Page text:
A Worksheet for Crafting ‘Audience-Aware’ Social Media Posts

Social Media Content

If you’ve read my ‘About Me‘ section, you know that my educational background is in English Literature. A lifelong devotee of the written word, my insatiable appetite for language and voracious love for reading ultimately lead me to a Master’s degree in English. And my (also lifelong) passion for helping others lead me to want to use my love for language in the nonprofit world.

In the image above, I’ve adapted an exercise I learned as a student learning to write essays to create a worksheet for crafting social media content.

Although I’ll always support fiction and storytelling (see my other blog), I spent much of my undergraduate and graduate education focusing on the art of rhetoric and persuasion. For however much I love a good novel, some practical part of me yearned to truly understand how language can be used to persuade, to change, and to argue in the real world.

In teaching rhetoric and persuasion, many of my professors (particularly at my undergraduate school Marywood University) rightly stressed the importance of something called Audience Awareness. At first glance, the definition of Audience Awareness seems simplistically obvious: understanding who your readers (or listeners) are rsz_platoand, perhaps more importantly for our purposes – what they care about. Hundreds of years ago, classic rhetoricians like Plato and Socrates argued for the importance of audience awareness, and today it’s still a foundation for teaching the craft of writing. And, as I’ve come to learn more and more, both Audience Awareness and social media management are far more complex than they initially appear.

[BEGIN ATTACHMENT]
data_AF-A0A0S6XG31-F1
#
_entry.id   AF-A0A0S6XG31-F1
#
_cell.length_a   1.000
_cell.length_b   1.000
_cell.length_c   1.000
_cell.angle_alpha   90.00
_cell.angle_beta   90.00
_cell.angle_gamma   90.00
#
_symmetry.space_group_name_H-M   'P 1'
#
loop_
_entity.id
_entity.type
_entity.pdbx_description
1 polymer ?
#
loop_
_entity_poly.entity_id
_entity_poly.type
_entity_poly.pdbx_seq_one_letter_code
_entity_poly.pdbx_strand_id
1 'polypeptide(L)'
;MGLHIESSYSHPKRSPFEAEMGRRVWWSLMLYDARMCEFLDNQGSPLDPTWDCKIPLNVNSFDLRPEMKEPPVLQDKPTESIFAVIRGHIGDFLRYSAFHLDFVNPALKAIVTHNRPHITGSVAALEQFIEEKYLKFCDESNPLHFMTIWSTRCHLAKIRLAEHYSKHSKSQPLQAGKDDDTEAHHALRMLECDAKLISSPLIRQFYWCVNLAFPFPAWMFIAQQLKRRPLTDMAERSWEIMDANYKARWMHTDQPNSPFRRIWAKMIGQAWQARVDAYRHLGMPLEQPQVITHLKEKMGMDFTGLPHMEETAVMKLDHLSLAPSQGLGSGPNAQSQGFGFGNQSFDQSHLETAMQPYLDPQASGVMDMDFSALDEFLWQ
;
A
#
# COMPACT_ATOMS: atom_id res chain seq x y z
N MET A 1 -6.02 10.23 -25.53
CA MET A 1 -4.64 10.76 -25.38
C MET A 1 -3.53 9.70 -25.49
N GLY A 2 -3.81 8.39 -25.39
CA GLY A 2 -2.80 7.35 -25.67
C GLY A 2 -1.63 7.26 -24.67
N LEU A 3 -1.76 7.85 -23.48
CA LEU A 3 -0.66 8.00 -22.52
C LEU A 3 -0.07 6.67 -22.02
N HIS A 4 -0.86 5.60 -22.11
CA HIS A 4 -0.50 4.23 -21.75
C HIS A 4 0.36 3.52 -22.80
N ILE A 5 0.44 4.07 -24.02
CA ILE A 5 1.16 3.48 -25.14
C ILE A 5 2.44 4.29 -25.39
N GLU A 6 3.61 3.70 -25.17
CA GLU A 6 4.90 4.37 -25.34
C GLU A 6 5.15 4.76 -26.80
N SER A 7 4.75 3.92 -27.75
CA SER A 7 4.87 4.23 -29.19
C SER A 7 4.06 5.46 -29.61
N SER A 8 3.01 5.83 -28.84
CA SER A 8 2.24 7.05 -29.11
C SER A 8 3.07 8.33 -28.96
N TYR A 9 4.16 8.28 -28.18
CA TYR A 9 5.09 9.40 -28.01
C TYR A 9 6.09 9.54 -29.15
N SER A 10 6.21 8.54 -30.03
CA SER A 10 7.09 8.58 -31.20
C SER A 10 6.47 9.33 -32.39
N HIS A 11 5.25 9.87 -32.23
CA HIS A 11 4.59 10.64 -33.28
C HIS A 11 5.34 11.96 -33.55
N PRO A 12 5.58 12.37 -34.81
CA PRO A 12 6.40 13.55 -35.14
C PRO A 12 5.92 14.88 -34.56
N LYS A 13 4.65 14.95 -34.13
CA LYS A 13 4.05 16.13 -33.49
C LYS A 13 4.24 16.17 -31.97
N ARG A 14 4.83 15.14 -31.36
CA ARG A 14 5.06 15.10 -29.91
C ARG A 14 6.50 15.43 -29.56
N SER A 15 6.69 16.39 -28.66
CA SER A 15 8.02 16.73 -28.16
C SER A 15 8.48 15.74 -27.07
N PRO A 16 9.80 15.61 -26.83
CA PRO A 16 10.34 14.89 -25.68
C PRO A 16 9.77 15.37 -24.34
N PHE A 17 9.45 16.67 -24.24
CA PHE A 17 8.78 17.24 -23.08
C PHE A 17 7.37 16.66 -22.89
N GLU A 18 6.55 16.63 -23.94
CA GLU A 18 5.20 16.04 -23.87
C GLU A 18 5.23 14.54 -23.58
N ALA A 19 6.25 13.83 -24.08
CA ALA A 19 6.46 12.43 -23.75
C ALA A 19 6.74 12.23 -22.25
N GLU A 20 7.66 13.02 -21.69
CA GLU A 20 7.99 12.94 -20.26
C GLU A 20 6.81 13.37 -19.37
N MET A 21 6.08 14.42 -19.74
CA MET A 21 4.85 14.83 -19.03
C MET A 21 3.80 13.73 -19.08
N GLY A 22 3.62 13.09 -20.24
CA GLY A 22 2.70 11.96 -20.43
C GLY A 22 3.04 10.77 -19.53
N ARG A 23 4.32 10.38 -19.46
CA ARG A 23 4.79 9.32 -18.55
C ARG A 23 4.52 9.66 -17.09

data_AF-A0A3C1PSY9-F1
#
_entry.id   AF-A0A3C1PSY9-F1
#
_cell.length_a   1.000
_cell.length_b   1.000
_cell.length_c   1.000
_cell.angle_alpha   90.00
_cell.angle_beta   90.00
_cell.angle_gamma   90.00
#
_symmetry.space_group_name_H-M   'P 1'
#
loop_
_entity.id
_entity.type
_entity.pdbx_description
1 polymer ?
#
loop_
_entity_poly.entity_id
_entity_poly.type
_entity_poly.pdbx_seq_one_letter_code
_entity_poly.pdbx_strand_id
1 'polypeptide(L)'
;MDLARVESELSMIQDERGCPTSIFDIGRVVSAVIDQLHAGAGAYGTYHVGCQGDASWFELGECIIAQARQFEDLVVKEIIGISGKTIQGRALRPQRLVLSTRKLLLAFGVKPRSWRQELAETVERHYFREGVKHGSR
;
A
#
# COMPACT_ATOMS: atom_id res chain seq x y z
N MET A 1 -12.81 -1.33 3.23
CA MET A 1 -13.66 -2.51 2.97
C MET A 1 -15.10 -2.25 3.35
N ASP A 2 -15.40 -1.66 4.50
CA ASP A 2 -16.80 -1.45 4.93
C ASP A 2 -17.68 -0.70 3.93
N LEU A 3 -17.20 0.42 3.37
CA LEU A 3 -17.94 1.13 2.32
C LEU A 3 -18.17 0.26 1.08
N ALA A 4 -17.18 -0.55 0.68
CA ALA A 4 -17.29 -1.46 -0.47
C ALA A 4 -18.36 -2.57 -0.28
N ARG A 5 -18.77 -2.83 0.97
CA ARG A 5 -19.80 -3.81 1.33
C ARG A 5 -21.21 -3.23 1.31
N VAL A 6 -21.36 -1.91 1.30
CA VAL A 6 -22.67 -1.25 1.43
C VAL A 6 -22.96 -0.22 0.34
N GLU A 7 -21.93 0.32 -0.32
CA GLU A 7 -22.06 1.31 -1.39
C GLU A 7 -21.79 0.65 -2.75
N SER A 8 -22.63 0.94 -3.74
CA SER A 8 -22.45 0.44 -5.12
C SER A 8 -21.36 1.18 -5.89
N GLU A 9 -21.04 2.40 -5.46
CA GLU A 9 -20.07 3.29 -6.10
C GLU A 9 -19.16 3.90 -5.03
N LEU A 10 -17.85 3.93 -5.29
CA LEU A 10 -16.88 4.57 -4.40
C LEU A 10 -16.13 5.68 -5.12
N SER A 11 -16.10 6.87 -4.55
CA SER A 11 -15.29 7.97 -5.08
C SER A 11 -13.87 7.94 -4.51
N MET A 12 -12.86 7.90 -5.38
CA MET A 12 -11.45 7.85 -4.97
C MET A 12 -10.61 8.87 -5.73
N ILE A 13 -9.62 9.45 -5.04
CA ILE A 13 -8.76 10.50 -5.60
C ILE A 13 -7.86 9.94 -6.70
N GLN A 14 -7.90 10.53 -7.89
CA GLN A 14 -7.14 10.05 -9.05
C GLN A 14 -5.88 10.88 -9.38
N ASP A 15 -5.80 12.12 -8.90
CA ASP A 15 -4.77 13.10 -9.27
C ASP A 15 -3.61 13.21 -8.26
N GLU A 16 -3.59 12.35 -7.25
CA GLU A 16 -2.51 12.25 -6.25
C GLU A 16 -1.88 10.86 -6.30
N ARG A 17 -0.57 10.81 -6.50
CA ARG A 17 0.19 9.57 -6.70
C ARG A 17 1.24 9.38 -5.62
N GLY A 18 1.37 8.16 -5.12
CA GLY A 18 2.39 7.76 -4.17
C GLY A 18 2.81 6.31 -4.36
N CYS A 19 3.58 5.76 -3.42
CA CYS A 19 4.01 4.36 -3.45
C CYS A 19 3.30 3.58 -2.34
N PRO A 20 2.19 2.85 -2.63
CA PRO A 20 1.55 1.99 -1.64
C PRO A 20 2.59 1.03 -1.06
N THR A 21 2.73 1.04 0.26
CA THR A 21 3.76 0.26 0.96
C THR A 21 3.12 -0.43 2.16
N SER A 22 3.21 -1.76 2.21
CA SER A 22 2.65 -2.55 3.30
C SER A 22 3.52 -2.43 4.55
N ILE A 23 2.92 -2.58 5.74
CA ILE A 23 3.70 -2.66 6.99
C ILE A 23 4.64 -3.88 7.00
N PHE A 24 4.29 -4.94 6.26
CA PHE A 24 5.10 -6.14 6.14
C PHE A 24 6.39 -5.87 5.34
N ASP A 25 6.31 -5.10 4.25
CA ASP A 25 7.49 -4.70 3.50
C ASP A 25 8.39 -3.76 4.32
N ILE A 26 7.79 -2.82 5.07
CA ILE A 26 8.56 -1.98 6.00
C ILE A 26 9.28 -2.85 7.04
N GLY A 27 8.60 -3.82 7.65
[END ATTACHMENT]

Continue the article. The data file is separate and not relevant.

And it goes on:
But what has amazed since I began working in the nonprofit world is just how applicable many elements of English and teaching are to nonprofit marketing. I love seeing how seemingly abstract concepts like ‘Audience Awareness’ can make or break things like donor retention, brand awareness, and audience engagement when crafting content for social media posts and email blasts.

Many resources and blog posts offer advice for what does and does not work in generating social media engagement. You probably see posts on a daily basis with titles like, “6 Tips for Effective Facebook Posts.” Certainly, some generalized, universal principles exist.

However, generalizations  for effective social media engagement are only a starting-point. What works for one organization will vary tremendously from what works for another organization.

Take, for instance, this The Nature Conservancyexample from The Nature Conservancy. This post was quite successful. A cursory audience analysis reveals why it’s so successful: followers of this organization are likely to be nature lovers; they are likely to be inspired by images of nature; they know enough about nature to engage with the post; because nature generates feelings of happiness or awe in them, the post is light-hearted enough to engender both inspiration and humor.